Many of our patients have questions related to problems which commonly arise during pregnancy. Some of the most frequently mentioned concerns are discussed here. If your question is not answered here, we invite you to call the office at 593-0990 between 9:00 a.m. and 4:00 p.m. Monday thru Thursday to discuss your special concern with us personally.

SPOTTING during the early months of pregnancy is quite common. If this does occur, immediately get off your feet, do not have sexual intercourse. It is common to have spotting after a vaginal exam. There may be some spotting when you pass your mucous plug as well. If the bleeding is more than spotting, call the office.

DOUCHING is not recommended during your pregnancy. You will naturally have increased secretions. Expect a white to yellow pasty discharge. If your discharge is symptomatic with itching, burning, sores etc., let us know and if an infection is present, something may be ordered.

BATHING habits can remain the same during pregnancy as they were beforehand; however, do not sit for extended periods of time in unusually hot water, i.e., hot tubs, saunas. Limit temperature to less than 101° and less than 10 minutes.

SEXUAL INTERCOURSE can be continued as long as you have had no premature labor in this pregnancy, there is no vaginal bleeding and no leakage of fluid which might suggest your water broke. You should not have intercourse if you have a partial or total previa (placenta covering cervix).

TRAVEL is usually safe. If traveling by car or plane, remember to walk at least hourly to prevent blood clots. Seat belts are mandatory. Most airlines will allow you to travel up until your last month of pregnancy. In the last month of pregnancy, it may be wise to stay reasonably close to the hospital (i.e., within 1 hour traveling time).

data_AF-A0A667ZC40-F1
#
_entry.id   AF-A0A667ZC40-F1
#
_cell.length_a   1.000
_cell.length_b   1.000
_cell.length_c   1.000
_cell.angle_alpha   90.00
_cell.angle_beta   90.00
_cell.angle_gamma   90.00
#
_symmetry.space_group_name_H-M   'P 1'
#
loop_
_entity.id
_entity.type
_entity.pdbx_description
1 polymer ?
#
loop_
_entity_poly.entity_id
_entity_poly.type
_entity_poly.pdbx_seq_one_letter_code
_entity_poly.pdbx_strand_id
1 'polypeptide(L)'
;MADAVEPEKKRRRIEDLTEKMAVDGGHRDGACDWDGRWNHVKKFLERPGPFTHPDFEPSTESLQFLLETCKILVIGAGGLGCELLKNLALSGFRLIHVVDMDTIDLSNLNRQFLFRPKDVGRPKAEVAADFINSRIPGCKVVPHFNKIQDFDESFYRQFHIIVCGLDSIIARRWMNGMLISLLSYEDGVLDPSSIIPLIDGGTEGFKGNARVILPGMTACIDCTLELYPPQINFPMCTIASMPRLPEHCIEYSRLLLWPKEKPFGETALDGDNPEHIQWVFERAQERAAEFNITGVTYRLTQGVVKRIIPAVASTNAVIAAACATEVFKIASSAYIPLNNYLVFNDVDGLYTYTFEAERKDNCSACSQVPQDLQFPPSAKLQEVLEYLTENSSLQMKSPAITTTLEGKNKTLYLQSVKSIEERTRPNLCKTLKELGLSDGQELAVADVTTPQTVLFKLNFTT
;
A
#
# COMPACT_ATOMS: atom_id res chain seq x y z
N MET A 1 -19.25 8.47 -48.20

SWOLLEN FEET may be relieved by elevating your legs (i.e., lying on your side). Avoid prolonged standing or prolonged sitting. Avoid crossing your legs. These precautions will also prevent varicose veins. A good elastic support hose will help.

EXERCISE is permissible at levels you were used to before pregnancy. Keep your heart rate under 140. Warm up and cool down periods are recommended. Fatigue is common. You will find you need more rest. Adjust your activity as your body commands. Avoid hazardous sports such as horseback riding, snow or water skiing, etc. Avoid exercising to point of exhaustion or breathlessness. Avoid exercises that require you to be flat on your back.

NUTRITION – Eat a variety of foods from each of the four food groups daily. Try to eat 4-5 servings of a fruit or vegetable. The FDA advises NOT to eat shark, swordfish, king mackerel, tuna, and tile fish or golden or white snapper, bass, trout, or pike while pregnant. You may have other fish including shellfish, small ocean fish such as tilapia or light canned tuna, pollock, haddock, grouper, orange roughy, sardines, herring, salmon, catfish, farm-raised trout, crayfish, cod, flounder and croaker but limit to 1 serving per week. Be sure ALL meats – beef, pork, chicken, fish, lamb, etc. are thoroughly cooked. Makes sure hot dogs, deli meats are reheated and all cheeses are made with pasteurized milk. Calcium supplements (1000 – 1200 mg/day) may be needed if you are unable to provide at least 4 servings of a dairy product daily. You may add DHA supplement to your prenatal vitamin if it doesn’t already have it. Animal studies show improved brain development with DHA. Limit caffeine beverage such as coffee, tea and colas to less than 300mg/day. (Coffee = 100mg, tea = 40mg, colas = 50mg). Alcohol is discouraged. SMOKING IS HARMFUL to you and your “passenger” so if you are a smoker, decrease your usage to less than 5 cigarettes per day or better yet – QUIT!!!

ENVIRONMENTAL HAZARDS include strong chemicals, radiation exposure, contagious or infectious diseases, uncooked meats and cat feces (toxoplasmosis). If you own a cat, have someone else change the litter box. Also avoid contact with hamsters, gerbils, guinea pigs and mice.

FETAL MOVEMENT starts between 16-20 weeks. Counting fetal movements is a means of assessing fetal health. You should be able to count 10 movements per day after 28 weeks. If you perceive less movement, notify our office.